• generally fits fine particle distributions, such as ball mill product
    • tends to fit best below the 75-80% passing size

    • Rosin-Rammler Equation
    • commonly used in coal preparation
    • generally fits coarse particle distributions, such as those used for dense media separation in coal preparation plants
    • relatively linear over the entire range of particle sizes
  21. The Gaudin-Schuhmann Equation
    Y = (x/k)^m

    • Y = cumulative fraction finer than x
    • x = particle size
    • k = size modulus (theo max particle size)
    • m = distribution modulus (spread of dist)

    logY = m * log(X) - mlog(K)
  22. The Rosin-Rammler Equation
    Y = 1-exp(-(x/x')n))

    • Y = cumulative fraction finer than x
    • x = particle size
    • x' = size modulus
    • n = distribution modulus

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  23. Importance of Crushed Stone Quality
    • Over 1 billion tons of crushed stone produced per year.
    • Commonly used in concrete, asphalt, road base, construction filler, etc.
    • Quality parameters most important for end use.
    • Quality specifications often set by federal and state regulations (DOT)
  24. Types of Quality Parameters (8)
    • Size and Size Distribution
    • Shape
    • Specific Gravity
    • Permeability
    • Abrasion and Degradation Resistance
    • Impact Strength
    • Weathering Resistance
    • Presence of Fines
  25. Size and Size Distribution
    • Size Gradations
    • Aggregate sizes designated by weight percent ranges in specific size classes

    • Coefficient of Uniformity
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    • Cu> 6: dense or well graded; wide size range; desirable for maximum strength and stability.
    • Cu< 4: uniformly or open graded; narrow size range; high permeability
  26. Shape - a major parameter affecting quality of end products:
    flat and elongated particles ______
    angular particles ____
    rough-textured particles provide _____
    can reduce strength of asphalt and concrete when load is applied to the thin side

    increase shear strength of mixtures and skid resistance of pavements over rounded particles

    better bonding with cement or road materials.
  27. Shape - Flatness and Elongation
    • Flatness - width/height from an end view
    • Elongation - length/width from a top view
  28. Shape- percent voids
    used as indirect measure of fine particle shape (related to packing
  29. Specific Gravity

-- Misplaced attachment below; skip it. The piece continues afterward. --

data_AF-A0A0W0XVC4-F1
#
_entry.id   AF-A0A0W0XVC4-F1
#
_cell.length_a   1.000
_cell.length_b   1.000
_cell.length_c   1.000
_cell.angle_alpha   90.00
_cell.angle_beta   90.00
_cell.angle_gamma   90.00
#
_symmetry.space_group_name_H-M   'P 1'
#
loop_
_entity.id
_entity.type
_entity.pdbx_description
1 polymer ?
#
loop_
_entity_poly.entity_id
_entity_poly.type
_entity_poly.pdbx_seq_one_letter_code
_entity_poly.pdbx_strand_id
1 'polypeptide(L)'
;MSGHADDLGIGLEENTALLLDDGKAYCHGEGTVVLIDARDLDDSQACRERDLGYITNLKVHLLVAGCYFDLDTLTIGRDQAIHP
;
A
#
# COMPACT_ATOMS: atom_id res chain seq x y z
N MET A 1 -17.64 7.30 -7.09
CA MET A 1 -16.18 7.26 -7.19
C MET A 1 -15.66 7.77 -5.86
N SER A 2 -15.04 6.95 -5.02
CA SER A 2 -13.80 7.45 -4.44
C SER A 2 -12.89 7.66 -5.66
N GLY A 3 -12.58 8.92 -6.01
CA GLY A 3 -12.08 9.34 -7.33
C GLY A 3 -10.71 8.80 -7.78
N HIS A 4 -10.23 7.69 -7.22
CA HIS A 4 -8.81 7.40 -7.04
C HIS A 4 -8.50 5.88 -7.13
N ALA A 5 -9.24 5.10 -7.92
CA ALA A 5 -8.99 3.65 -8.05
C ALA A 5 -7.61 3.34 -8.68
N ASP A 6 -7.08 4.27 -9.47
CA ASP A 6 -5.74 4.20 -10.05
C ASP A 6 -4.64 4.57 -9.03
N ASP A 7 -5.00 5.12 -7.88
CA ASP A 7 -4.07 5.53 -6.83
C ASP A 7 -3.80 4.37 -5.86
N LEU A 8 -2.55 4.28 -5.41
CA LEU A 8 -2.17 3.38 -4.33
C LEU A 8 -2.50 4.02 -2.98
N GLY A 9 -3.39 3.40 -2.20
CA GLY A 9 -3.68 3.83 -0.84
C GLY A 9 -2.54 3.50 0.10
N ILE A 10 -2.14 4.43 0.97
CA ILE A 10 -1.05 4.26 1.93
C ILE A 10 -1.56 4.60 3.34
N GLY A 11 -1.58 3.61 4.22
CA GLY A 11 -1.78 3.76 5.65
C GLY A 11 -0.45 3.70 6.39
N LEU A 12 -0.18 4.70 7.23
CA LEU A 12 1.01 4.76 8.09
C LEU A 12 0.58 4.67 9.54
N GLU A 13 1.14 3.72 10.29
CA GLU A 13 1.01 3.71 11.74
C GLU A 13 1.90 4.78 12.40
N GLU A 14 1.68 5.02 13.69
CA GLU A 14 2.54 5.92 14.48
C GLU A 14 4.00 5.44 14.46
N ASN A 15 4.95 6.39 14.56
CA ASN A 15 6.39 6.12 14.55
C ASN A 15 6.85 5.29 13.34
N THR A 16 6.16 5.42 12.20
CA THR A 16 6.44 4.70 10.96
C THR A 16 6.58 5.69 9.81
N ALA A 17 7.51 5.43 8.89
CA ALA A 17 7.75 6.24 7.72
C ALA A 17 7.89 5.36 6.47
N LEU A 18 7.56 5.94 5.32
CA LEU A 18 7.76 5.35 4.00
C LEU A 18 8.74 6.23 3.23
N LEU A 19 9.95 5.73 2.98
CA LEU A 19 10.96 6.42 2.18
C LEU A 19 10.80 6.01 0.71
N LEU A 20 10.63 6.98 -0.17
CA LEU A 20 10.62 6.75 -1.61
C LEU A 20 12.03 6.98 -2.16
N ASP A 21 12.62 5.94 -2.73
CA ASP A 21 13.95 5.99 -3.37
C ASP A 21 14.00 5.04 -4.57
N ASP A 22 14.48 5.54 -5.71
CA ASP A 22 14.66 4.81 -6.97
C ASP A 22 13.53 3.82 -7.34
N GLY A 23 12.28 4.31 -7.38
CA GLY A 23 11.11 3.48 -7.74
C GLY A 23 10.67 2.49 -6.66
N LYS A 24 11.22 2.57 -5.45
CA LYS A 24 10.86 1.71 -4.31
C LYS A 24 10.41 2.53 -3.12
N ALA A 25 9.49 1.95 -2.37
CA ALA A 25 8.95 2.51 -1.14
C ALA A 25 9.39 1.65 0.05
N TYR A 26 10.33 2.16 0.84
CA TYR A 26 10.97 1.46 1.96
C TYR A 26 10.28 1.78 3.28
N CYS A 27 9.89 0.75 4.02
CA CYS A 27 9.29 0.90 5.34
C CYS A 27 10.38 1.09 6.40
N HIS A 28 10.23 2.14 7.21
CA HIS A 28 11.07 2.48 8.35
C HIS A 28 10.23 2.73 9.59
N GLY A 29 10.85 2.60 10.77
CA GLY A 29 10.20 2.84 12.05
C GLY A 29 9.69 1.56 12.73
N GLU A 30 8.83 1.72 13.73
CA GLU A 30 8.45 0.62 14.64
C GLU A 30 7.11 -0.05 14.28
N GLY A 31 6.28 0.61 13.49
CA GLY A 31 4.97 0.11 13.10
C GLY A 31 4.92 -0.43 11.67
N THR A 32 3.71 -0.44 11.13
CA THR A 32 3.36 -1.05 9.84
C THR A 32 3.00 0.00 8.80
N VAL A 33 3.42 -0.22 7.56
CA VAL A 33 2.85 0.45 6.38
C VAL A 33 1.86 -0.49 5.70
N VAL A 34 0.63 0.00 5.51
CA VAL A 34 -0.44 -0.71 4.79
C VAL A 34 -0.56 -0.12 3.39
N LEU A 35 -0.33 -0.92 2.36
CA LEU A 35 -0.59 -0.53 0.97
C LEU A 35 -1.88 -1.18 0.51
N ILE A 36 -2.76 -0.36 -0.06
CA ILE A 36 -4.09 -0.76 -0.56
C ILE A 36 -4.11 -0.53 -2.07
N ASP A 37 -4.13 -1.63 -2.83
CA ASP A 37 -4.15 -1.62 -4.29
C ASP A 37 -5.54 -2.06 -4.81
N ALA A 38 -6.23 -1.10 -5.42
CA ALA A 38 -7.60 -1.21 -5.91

Apparent Specific Gravity-

    Bulk Specific Gravity-

    Bulk Specific Gravity (saturated, surface dried)
    • Apparent Specific Gravity
    • ratio of the dry aggregate weight to the volume of the aggregate excluding any permeable pores.

    • Bulk Specific Gravity
    • ratio of the dry aggregate weight to the volume of the aggregate including all permeable and impermeable pores.

    • Bulk Specific Gravity (saturated, surface dried)
    • ratio of the saturated aggregate weight to the volume of the aggregate including all permeable and impermeable pores.
  30. Permeability
    • Let
    • A = dry weight of sample
    • B = weight of surface dried, water saturated sample
    • C = weight of water saturated sample
    • Water Absorption (%) = (B-A)/(C-A) x 10
  31. Abrasion and Degredation
    The slow degradation of a material resulting in the creation of a few large pieces of rock (as opposed to “wear”, which results in the creation of many small particles).

    In concrete production, degradation during mixing alters the original gradation of the material.

    In pavements, degradation can lead to unstable bedding layers causing pavement cracking

    Los Angeles Degradation Test (LA Abrasion)
  32. Impact Strength
    Page Impact Test
  33. Weathering Resistance
    Sulfate Soundness Test
  34. Presence of Fines

    Atterberg Limits:

    Liquid Limit-
    Atterberg Limits

    Liquid Limit (LL) - the water content at which a sample of -40 mesh material passes from the plastic to liquid state.

    Plastic Limit (PL) - the lowest water content at which a sample of -40 mesh material remains cohesive enough to hold together when rolled with the fingers on a glass plate into a “thread” of 1/8”diameter.

    • Plasticity Index (PI) = LL - PL
    • Low PI is desirable
  35. What is Comminution?
    • Particle Size Reduction
    • Purpose:
    • liberate minerals (most common)
    • reduce particle size (crushing)
    • produce material of a controlled particle size (crushed-stone production)
    • increase surface area (chemical processing)
  36. Magnitude of Comminution

    Energy Consumption:

    Steel Consumption (Wear):

    Total Energy Consumtion
    Over 1.5 billion tons of ores and rocks are comminuted annually in the U.S.

    • Energy Consumption
    • Total Energy Consumption - 10-20 kwh/ton
    • Primary Crushing - 0.25 kwh/ton
    • Secondary Crushing - 0.55 kwh/ton
    • Rod Mill Grinding - 5.4 kwh/ton
    • Ball Mill Grinding - 5.7 kwh/ton

    • Steel Consumption (Wear)
    • Total Steel Consumption - 1.8-2.5 lb/ton
    • Grinding Rods - 1.2 lb/ton
    • Grinding Balls - 0.9 lb/ton
    • Crusher Liners - 0.03 lb/ton
    • Mill Liners - 0.2 lb/ton

    • Total Energy Consumption
    • 33 billion kwh (including energy associated with steel consumption)
    • 1.5% of the total U.S. output of electricity (1978)
    • 40-75% of direct operating costs for mineral processing
  37. Comminution Energy Fundamentals
    Possible courses of energy:

    • Size Reduction Energy
    • -Material Being Broken
    • ---Lattice rearragements
    • ---Surface Energy
    • ---Elastic Deformation - Heat